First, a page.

My settings require the first comment by any commenter to be approved, regardless of content. I approve most of the comments that reach me, and then folks’ comments are almost always automatically approved thereafter unless they trip the spam trap. The exceptions are rare, and so far they’ve always end up approved after I read them. Because of that, I’ve never yet needed to create a specific comment policy. Today though, in response to the Aaron Persky post, someone decided to wish rape on someone else in a comment:

guilty in a forcible rape for which he served 3 months? i devoutly hope his white ass is no longer virgin. and the judge should be deeply deeply ashamed. i wonder how he can look his daughter or grand daughters in the eye. for shame. for you too. the job is bad at his job. he needs to be fired, which in an instance like this, is a recall. bye felicia! [emphasis added – cd]

I understand the outrage. I obviously share it. Here at Pervert Justice, though, wishing rape on someone will get your comments circular-filed every single time.

 

Since Rosa Parks Wasn’t Rosa Parks, Who Was? Irene Bad-Ass Morgan, That’s Who

Over on Pharyngula, a discussion has been started about the propriety of using “accomplice” as a better word to describe the people that we have sometimes described as “allies” when discussing people that are not targeted by a specific form of oppression but nonetheless choose to work against it.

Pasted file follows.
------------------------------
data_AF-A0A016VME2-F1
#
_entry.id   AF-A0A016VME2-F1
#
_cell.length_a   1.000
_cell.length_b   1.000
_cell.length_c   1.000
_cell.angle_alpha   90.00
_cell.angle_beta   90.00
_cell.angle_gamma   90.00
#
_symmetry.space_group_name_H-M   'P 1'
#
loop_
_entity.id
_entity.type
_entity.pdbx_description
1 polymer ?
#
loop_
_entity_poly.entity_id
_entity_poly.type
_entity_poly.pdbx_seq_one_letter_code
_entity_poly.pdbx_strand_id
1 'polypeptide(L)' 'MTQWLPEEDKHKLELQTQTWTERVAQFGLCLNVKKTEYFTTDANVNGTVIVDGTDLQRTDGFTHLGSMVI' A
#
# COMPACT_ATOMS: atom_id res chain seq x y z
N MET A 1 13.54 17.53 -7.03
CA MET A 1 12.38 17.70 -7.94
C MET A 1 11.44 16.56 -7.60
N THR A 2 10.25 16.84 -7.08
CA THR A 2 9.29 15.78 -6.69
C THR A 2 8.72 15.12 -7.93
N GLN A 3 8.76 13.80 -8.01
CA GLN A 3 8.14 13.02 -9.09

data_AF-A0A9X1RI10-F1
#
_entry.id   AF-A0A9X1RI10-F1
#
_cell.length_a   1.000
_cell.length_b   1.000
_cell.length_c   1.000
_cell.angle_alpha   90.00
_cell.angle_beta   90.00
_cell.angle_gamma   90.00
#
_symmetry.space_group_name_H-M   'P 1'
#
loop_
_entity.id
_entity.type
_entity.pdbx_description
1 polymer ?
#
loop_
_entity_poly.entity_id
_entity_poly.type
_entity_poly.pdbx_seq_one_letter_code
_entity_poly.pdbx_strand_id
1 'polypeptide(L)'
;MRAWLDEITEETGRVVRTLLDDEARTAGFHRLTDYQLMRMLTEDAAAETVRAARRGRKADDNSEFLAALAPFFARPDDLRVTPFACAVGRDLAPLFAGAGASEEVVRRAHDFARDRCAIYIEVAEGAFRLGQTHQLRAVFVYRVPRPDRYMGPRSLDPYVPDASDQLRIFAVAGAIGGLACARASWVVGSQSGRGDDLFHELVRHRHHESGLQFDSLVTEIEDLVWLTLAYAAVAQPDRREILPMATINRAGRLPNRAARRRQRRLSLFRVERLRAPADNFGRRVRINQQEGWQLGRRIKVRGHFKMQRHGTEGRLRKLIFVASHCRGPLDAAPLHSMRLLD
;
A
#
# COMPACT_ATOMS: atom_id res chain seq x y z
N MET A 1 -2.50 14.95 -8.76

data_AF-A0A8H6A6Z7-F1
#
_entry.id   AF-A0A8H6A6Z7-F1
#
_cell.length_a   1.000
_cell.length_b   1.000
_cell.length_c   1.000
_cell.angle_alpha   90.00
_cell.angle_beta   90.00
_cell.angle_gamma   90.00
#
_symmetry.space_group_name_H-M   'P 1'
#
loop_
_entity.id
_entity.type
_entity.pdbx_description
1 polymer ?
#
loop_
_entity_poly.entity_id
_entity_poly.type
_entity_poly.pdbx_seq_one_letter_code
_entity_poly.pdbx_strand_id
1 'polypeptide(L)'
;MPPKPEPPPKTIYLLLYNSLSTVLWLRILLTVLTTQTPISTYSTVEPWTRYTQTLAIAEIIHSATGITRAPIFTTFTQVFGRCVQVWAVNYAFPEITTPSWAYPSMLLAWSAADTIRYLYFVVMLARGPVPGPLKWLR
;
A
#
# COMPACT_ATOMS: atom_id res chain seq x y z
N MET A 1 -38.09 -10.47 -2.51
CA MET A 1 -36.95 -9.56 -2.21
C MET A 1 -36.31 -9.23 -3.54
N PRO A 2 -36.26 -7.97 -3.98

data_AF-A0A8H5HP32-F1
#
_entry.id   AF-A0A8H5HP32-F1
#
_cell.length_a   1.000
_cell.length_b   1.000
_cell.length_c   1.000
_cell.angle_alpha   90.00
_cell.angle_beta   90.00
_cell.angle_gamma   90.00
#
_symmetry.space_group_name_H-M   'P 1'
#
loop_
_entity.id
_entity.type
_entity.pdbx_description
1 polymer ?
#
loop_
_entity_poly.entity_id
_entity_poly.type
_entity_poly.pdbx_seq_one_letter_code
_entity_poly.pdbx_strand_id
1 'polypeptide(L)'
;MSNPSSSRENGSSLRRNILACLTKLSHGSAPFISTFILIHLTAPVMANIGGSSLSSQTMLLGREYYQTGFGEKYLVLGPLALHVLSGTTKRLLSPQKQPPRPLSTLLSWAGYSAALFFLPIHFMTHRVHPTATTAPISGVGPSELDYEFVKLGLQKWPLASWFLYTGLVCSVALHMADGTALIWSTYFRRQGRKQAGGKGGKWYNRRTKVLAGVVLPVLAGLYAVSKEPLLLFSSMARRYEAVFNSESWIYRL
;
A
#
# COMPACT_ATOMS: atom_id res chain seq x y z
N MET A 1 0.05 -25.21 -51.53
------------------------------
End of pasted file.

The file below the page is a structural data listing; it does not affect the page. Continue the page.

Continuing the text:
I started to write a comment over there about why I believe accomplice is appropriate, but it ended up becoming a treatise*1 about a woman named Irene Morgan*2. I decided that the thread shouldn’t be cluttered by a comment quite as long as I was writing, but that Morgan deserved better than cutting that treatise short. So I’ve moved it to Pervert Justice as a post for your reading pleasure.

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Competing Interests

I swear, I find it amazing that they even half know what they’re saying, but they do. They know exactly what they’re saying, and for some bizarre reason they think it speaks well of them and their religion.

Who am I babbling about, you wonder? After all, that statement might be true of any number of persons, maybe even all of us at different points in time. So who, given the human ability to spout nonsense with confidence, might have done so to such a degree that Crip Dyke would be moved to post? Shocker: it isn’t anyone from the Trump administration.

This time.

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Jeffrey Lord, Sacked: AKA Correcting Someone’s Spelling Is Genocide

For those who don’t know, CNN has terminated their contract with commentator Jeffrey Lord. CNN itself describes the termination as directly in response to Lord tweeting “Sieg Heil” at a progressive who asked that Lord’s recent American Spectator article mentioning him be revised to spell his name correctly.

Media Matters, not a disinterested party (though neither is CNN) described the run-up to the tweet this way:

On August 10, the American Spectator published an attack piece by Jeffrey Lord against Media Matters. The screed lashed out at what Lord describes as “Media Matters Fascists.” Lord then tweeted the article to Media Matters President Angelo Carusone. When Carusone pointed out that his name was misspelled in the headline of the piece, Lord responded with the Nazi salute “Sieg Heil!”